Wednesday 21 January 2015

Finessing Rotary Encoder Code

My interrupt-driven code for the rotary encoder certainly has made a worthwhile improvement to the "feel" of my rigs - particularly the "Parallel IF" rig. But I've noticed one little wrinkle in the otherwise silky-smooth operation...

Just occasionally, when adjusting one of the digits, there's an unexpected change to the next lower digit, as shown in this (mocked-up) image.

You see from the block cursor position in the image above that I'm intending the Rotary Encoder should adjust the kiloHertz digit - which it usually does - beautifully. However, just occasionally, there's an irritating jump of 500Hz.

Similarly, if I'm adjusting in 100 Hz steps, there could be a 50 Hz "jump". Etc., etc..


I traced the issue to the declaration of the variable "Turns" (as described in this post) as a double...

    double Turns;

and fixed it simply by declaring it as an integer...

    int Turns;

Now there are none of these "half-steps".

This minor niggle has been fixed in the sketches Double_DDS_VFO_0v2.ino and Si5351_VFO_0v2.ino, which can be found at this GitHub repository.

If you've used the code, I recommend that you update by making this simple change.

It really is worthwhile!

...-.- de m0xpd

Sunday 11 January 2015

Tuning Module

It is time for some beta testing of the new prototype Si5351 board and I need to distribute some to colleagues. To simplify that task, I have prepared some complete "VFO" systems...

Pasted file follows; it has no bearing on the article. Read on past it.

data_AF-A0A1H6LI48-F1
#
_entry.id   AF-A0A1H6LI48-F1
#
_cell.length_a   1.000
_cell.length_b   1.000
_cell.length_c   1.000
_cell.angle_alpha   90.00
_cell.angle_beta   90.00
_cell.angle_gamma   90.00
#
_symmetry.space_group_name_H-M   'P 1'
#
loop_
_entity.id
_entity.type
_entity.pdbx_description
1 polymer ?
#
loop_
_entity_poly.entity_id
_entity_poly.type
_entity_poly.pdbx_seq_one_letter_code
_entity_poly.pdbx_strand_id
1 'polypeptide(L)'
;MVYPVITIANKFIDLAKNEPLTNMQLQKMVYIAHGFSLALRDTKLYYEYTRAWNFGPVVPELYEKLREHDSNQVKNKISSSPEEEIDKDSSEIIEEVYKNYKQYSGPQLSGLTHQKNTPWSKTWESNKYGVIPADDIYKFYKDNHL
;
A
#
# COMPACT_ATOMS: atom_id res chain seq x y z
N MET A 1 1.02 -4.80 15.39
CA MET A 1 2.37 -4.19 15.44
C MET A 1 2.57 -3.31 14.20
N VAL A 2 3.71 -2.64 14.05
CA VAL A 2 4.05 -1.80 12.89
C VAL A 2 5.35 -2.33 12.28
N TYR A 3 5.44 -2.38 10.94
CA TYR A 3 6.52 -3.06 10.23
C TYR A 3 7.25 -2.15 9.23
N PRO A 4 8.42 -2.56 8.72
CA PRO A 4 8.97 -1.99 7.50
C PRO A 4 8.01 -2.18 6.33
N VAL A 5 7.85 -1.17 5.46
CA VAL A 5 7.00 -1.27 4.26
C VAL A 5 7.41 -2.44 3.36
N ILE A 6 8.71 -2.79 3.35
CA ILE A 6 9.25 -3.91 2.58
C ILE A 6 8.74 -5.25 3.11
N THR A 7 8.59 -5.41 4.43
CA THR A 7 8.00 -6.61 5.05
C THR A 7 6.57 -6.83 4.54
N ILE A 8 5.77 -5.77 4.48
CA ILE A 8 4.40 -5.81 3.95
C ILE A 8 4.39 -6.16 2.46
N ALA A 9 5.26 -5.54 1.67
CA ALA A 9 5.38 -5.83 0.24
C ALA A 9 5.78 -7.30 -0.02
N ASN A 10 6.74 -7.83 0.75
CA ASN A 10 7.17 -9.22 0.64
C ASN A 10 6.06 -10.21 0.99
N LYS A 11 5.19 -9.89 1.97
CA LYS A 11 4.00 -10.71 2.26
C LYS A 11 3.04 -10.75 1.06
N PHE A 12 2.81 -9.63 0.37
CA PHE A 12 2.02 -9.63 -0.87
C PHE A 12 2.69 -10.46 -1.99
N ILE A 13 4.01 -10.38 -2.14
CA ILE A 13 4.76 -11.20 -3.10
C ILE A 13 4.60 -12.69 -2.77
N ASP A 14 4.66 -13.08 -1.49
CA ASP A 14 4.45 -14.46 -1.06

As you see, there's the standard LCD display on an I2C interface, the new Si5351 board hosted on an Arduino UNO and a new Tuning Module, with the rotary encoder and the two push-buttons required to drive the input side of the user interface (familiar to anybody who has looked at one of the m0xpd rigs or the Kanga VFOs).

The Tuning Module isn't exactly a new idea - having already seen the light of day in the breadboard BITX - but this seems the easiest way to get a complete system up-and-running (more importantly, a number of identical systems spread across the world).

Here - for anybody who would like to do something similar - is the approach I took. I used stripboard, this time with the copper strips facing up, as I could only lay my hands on tactile switches in surface mount format today.

Here's a close-up of one of the tuning modules - I'm too cheap to supply a knob!

I've made the modules in two "editions"; one as shown above with a connector for a cable and one with pins intended for plugging into a solderless breadboard (of course)...

These aren't pretty - they're not supposed to be (as they're just for test purposes). But they show just how little is required to get the complete Parallel IF VFO system up and running.

...-.- de m0xpd